Obama Breaks Campaign Promise About Spending On AIDS
Add this to the already long list of broken campaign promises and pledges made by Barack Obama. Democracynow reports that he has broken his campaign promise about spending on AIDS.
From Amy Goodman and Democracynow’s Headline News for May 14, 2010 (you can see the entire show, listen to it on internet radio, or read a transcript here):
8 Arrested in NYC Protesting Obama’s AIDS Policies
Here in New York, protesters from ACT UP, Africa Action, Global Access Project and other groups rallied outside a Democratic fundraiser last night featuring President Obama and House Speaker Nancy Pelosi. Police arrested eight protesters after they chained themselves together and disrupted traffic. The groups accused Obama of reneging on his campaign pledge to spend at least $50 billion by 2013 for the global fight against HIV/AIDS. Since taking office, Obama has shifted funding away from international AIDS programs at a time when the number of people infected with HIV continues to grow by a million a year. The United Nations now estimates there is a global shortfall of about $17 billion for controlling the epidemic.
Jennifer Flynn of Global Access Project: “We are here today to protest in front of this $15,000-per-person dinner hosted by President Obama to the fact that he’s gone—he’s broken his promise to fully fund the fight against global AIDS. In both of his budgets that he’s issued, he has consistently cut funding to the Global Fund to Fight AIDS, Tuberculosis and Malaria and the President’s Emergency Plan for AIDS Relief.”
The Global Access Project’s web site adds more detail including this May 10th story entitled, "EXPLOSIVE AIDS IN AFRICA MEMO, MEDIA REPORTS REVEAL OBAMA’S ‘FAILING’ GLOBAL AIDS STRATEGY" (edited):
(New York., NY): President Obama’s strategy to fight AIDS in Africa is at risk of failing, according to advocacy organizations, who pointed today to new developments including leaked official Administration documents instructing major Global AIDS program implementers to stop enrolling sick and dying patients due to program underfunding, as well as recent media reports, including the cover story in the NY Times today, revealing President Obama has broken the promises on AIDS in Africa he made while campaigning, and that his Administration’s response to global AIDS is weakening.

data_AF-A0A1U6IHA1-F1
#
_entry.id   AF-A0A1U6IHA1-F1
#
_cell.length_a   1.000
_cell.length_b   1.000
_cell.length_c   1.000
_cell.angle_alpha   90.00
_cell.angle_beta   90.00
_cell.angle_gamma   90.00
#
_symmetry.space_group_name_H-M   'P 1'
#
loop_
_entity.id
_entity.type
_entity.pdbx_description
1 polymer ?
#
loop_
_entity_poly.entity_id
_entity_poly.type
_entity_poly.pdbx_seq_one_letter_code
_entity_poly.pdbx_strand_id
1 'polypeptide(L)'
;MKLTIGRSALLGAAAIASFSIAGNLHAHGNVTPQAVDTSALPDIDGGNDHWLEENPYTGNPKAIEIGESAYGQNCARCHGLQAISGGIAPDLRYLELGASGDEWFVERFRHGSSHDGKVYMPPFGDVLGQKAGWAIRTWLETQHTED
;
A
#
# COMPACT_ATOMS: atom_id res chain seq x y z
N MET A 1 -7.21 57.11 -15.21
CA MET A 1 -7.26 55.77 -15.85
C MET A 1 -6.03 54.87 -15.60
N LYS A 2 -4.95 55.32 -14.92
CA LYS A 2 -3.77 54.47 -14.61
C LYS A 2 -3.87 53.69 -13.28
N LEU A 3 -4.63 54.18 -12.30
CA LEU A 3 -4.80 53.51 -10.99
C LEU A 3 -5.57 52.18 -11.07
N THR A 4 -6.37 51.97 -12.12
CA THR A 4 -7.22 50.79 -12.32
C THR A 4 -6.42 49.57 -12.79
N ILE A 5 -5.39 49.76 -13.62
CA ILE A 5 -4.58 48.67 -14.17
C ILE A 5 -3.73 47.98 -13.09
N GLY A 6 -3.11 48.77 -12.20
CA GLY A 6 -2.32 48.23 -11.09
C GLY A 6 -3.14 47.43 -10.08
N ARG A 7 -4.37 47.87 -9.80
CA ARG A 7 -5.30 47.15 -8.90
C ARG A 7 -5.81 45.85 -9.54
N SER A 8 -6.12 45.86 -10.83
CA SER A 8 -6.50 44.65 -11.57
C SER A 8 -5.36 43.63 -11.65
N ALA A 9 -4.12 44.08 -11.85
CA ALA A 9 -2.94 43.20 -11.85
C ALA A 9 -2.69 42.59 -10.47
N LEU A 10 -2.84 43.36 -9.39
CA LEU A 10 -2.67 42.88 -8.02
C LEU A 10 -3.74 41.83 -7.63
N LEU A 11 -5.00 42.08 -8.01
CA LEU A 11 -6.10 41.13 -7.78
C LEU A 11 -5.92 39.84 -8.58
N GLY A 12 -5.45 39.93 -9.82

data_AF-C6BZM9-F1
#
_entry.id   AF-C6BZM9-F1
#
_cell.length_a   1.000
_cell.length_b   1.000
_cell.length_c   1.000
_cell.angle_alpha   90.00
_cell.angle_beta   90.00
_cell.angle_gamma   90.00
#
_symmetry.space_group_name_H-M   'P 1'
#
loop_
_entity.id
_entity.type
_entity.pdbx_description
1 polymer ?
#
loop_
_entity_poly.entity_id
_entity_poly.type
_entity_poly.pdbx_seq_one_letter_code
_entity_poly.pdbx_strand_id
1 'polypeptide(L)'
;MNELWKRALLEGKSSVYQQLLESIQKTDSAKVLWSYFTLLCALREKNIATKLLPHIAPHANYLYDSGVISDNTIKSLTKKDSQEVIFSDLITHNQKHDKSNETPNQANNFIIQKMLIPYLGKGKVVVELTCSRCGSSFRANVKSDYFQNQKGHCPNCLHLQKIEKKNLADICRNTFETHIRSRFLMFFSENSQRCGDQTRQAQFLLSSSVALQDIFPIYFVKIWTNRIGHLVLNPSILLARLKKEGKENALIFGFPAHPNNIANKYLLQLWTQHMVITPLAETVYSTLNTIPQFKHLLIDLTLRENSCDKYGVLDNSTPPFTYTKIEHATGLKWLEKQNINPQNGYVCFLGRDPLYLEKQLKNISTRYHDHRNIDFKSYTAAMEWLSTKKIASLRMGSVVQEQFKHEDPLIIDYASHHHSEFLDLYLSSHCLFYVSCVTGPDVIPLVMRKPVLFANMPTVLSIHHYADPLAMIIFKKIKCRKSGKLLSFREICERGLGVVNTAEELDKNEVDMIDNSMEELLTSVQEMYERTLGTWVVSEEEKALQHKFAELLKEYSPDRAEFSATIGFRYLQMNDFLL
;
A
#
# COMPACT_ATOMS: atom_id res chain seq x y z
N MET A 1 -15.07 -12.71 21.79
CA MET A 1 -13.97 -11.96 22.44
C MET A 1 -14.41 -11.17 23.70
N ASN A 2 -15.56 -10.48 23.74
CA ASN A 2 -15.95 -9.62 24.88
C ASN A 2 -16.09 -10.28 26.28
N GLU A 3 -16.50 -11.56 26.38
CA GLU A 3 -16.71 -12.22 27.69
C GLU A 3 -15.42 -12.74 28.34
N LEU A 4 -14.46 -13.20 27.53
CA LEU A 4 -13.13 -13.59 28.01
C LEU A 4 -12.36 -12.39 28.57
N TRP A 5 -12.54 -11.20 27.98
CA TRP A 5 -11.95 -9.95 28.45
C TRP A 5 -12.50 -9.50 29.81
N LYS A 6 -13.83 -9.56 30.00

The never-before-published document, a memo dated October 29, 2010, instructs AIDS program implementers in Uganda that they should:
"…expect to have a flat-lined budget for ARV [antiretroviral] treatment procurement that should not be exceeded"
"In filling treatment slots that are made empty through attrition….priority should be given to the sickest patients".
Meanwhile, the New York Times has an excellent editorial, "The Wavering War on AIDS" on its web site today. It notes that the international war on AIDS is faltering:
Donations from the United States and other wealthy countries have leveled off while the number of people infected with H.I.V., the AIDS virus, grows by a million a year. By one informed estimate, only $14 billion will be available of some $27 billion needed this year to fight the disease in the developing world. Fewer than 4 million of the 14 million people infected with the AIDS virus are getting drug treatment — far short of the goal of universal access set by the United States and others.
Donor nations cite the economic crisis and tight budgets as reasons to slow their contributions to the global fight against AIDS. The Obama administration and many donor nations apparently believe that more lives could be saved by fighting other cheaper diseases, such as respiratory illnesses, diarrhea, malaria and measles.
Referring to Uganda, the Times editorial notes:
The results of those decisions can be seen in Uganda and other countries where, as Donald G. McNeil Jr. recently reported in The Times, the campaign against AIDS seems to be falling apart.
Although the number of Ugandans receiving drug treatments jumped from fewer than 10,000 a decade ago to nearly 200,000 today, hundreds of thousands more Ugandans need the drugs and likely can’t get them because clinics now routinely turn new patients away.
That is partly because American funds have been frozen and clinics were told to stop enrolling new patients unless the government has a plan to pay for their treatment. It is also because Uganda has badly skewed its own priorities, such as negotiating to buy a squadron of fighter-bombers from Russia for $300 million.
Yup, fighter bombers over peoples needs including medical treatment!
Hugh, here’s another one for your Obama’s Scandals Sheet.